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Washington County is On the Trail!
NC Civil War Trail Blazer Signs Mark the Way
On August 22, four North Carolina Civil War Trail signs were installed in Plymouth’s Historic District. These signs connect Washington County to a three-state trail system that Mitch Bowman, executive director of the Civil War Trails, calls “a giant outdoor museum.” The Civil War Trails program is deemed a success because it gives everyone access to noteworthy Civil War historic sites. Each marker tells a story and is accompanied by artwork.

Plymouth is the site of one of the largest Civil War battles fought in North Carolina. The Washington County markers interpret this story. An official dedication of the markers is being planned for the weekend of The 15th Annual Battle of Plymouth Living History Weekend, April 15 – 17, 2005.

Follow the NC Civil War Trail Blazer signs for a trip through this exciting part our history.

  • Battle of Plymouth - Describes the last major Confederate victory in North Carolina. Combined water-ground assault April 17-20, 1864, resulted in the Confederates recapturing the town, 2,500 prisoners and 25 cannons.
  • CSS Albemarle - Tells the story of the famous ironclad built in 1863. The Albemarle saw action in the battle of Plymouth and on the Sound in 1864. It was finally sunk Oct. 27, 1864, when the Federals reoccupied its base here.
  • Cushing's Torpedo - Daring attack by a Union launch commanded by 21-year-old Lt. William B. Cushing, sank the CSS Albemarle here Oct. 27, 1862. The weapon: a cask of gunpowder at the end of a wooden spar impaled the ironclad and exploded.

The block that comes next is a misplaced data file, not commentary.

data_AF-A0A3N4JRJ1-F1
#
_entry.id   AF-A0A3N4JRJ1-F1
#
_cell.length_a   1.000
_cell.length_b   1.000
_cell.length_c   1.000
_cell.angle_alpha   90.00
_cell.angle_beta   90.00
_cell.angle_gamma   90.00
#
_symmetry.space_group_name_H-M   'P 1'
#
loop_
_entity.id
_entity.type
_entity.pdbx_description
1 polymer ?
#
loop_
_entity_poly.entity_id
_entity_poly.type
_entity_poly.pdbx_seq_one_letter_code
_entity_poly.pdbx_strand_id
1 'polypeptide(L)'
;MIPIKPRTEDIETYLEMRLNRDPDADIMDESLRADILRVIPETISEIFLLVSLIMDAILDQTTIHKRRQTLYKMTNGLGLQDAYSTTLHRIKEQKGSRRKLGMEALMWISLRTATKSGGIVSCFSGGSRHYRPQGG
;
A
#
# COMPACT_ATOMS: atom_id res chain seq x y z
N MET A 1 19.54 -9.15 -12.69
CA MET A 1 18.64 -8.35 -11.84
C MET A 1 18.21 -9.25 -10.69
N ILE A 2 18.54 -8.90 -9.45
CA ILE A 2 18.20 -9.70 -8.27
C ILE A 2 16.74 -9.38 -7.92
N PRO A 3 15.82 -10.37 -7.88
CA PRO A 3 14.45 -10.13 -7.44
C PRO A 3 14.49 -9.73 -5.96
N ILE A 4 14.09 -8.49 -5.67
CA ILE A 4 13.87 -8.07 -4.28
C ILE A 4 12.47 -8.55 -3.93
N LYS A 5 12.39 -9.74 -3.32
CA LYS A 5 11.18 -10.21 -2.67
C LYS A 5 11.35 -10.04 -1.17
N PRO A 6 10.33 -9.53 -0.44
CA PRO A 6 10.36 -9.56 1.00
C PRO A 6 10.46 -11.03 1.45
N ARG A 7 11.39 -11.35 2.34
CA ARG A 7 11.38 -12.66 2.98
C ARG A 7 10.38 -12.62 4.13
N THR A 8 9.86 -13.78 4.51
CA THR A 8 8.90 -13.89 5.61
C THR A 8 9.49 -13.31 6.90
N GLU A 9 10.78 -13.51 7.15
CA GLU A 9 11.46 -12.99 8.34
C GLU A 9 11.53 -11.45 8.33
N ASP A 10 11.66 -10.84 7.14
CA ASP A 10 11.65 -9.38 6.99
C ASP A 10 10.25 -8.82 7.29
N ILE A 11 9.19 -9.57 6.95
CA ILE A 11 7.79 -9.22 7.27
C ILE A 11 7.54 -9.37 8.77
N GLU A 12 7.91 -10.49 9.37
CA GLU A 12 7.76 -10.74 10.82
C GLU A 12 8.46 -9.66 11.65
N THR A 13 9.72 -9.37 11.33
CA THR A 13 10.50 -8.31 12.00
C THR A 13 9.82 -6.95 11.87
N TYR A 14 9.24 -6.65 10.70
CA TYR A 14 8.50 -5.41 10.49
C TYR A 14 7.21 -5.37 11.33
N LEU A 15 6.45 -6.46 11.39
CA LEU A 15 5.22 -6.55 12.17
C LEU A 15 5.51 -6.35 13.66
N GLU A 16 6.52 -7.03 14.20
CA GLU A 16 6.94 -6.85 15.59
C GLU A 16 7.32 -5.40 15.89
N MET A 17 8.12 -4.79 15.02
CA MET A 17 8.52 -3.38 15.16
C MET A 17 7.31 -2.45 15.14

• Ausbon House - Bullet holes attest to this home's use as a Southern sniper's nest during a Confederate attempt to take the town Dec. 10, 1862. The Southerners eventually withdrew. The sniper was killed here.
  • Pettigrew Birthplace - Trails sign located east of Somerset near the Pettigrew grave site in Pettigrew State Park, 7 miles south of Creswell – Confederate Gen. James Johnson Pettigrew was born and is buried here on one of his family’s plantations. He was wounded while leading his division during Pickett’s/Pettigrew’s Charge at Gettysburg and again, mortally, during the Confederate retreat from that battlefield a few days later.

A sixth sign will be installed on East Main Street at the site of Fort Compher as soon as safe and adequate parking is established at the site.

For more information regarding Plymouth’s role in the Civil War and the 15th Annual Battle of Plymouth Living History Weekend, visit www.livinghistoryweekend.com. The 2005 annual event will take place April 15-17. Mark your calendars today!

Trail Marker - Battle of Plymouth, NC
Battle of Plymouth
Trail Marker - CSS Ram Albemarle
CSS Ram Albemarle